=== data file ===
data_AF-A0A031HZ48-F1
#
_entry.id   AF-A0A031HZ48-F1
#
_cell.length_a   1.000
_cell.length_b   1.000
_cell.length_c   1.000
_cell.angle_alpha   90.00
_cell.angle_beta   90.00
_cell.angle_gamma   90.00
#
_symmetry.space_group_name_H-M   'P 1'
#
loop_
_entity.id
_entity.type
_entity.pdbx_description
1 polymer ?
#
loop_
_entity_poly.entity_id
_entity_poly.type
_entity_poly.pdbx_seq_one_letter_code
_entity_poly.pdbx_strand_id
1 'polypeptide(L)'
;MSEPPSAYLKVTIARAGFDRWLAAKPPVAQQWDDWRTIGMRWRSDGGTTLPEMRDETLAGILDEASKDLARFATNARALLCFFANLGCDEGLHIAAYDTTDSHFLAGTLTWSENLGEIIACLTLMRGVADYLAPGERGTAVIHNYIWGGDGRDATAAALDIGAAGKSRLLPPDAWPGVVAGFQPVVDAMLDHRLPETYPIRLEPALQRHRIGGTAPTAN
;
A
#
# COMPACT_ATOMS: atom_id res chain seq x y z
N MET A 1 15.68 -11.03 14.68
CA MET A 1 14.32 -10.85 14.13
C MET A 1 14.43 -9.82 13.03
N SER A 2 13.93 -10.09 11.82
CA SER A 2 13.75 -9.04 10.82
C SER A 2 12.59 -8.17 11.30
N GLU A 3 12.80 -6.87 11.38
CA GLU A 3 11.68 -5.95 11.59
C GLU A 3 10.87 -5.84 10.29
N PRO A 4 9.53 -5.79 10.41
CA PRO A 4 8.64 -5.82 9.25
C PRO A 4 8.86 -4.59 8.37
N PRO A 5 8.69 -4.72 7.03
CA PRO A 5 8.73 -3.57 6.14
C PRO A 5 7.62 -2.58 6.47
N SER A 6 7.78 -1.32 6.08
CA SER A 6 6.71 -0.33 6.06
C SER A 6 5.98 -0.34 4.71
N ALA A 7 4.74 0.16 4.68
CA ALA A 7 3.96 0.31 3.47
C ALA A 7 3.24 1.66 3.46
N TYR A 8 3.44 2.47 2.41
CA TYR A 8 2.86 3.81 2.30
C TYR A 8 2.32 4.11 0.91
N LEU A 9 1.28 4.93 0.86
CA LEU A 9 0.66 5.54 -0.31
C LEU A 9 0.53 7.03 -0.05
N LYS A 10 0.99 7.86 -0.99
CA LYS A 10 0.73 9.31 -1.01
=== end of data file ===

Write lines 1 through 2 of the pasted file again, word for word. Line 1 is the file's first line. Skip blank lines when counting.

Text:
data_AF-A0A031HZ48-F1
#